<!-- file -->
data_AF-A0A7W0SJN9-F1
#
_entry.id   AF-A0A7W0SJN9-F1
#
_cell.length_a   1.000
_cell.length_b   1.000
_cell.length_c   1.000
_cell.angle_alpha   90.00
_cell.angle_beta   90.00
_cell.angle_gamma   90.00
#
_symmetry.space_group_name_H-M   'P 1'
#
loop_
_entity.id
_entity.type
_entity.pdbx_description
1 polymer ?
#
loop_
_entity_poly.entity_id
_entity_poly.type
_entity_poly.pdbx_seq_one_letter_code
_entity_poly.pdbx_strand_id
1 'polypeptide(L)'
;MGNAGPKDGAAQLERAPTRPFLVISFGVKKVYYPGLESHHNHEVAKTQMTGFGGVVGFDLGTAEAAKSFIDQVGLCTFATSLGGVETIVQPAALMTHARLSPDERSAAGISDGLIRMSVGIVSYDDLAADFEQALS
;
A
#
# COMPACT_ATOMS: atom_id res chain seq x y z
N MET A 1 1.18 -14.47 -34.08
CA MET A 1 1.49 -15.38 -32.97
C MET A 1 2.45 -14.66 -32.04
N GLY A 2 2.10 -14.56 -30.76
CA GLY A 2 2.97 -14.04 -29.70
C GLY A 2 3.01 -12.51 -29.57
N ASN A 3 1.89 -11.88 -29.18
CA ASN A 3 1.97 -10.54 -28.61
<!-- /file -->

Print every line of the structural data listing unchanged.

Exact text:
data_AF-A0A7W0SJN9-F1
#
_entry.id   AF-A0A7W0SJN9-F1
#
_cell.length_a   1.000
_cell.length_b   1.000
_cell.length_c   1.000
_cell.angle_alpha   90.00
_cell.angle_beta   90.00
_cell.angle_gamma   90.00
#
_symmetry.space_group_name_H-M   'P 1'
#
loop_
_entity.id
_entity.type
_entity.pdbx_description
1 polymer ?
#
loop_
_entity_poly.entity_id
_entity_poly.type
_entity_poly.pdbx_seq_one_letter_code
_entity_poly.pdbx_strand_id
1 'polypeptide(L)'
;MGNAGPKDGAAQLERAPTRPFLVISFGVKKVYYPGLESHHNHEVAKTQMTGFGGVVGFDLGTAEAAKSFIDQVGLCTFATSLGGVETIVQPAALMTHARLSPDERSAAGISDGLIRMSVGIVSYDDLAADFEQALS
;
A
#
# COMPACT_ATOMS: atom_id res chain seq x y z
N MET A 1 1.18 -14.47 -34.08
CA MET A 1 1.49 -15.38 -32.97
C MET A 1 2.45 -14.66 -32.04
N GLY A 2 2.10 -14.56 -30.76
CA GLY A 2 2.97 -14.04 -29.70
C GLY A 2 3.01 -12.51 -29.57
N ASN A 3 1.89 -11.88 -29.18
CA ASN A 3 1.97 -10.54 -28.61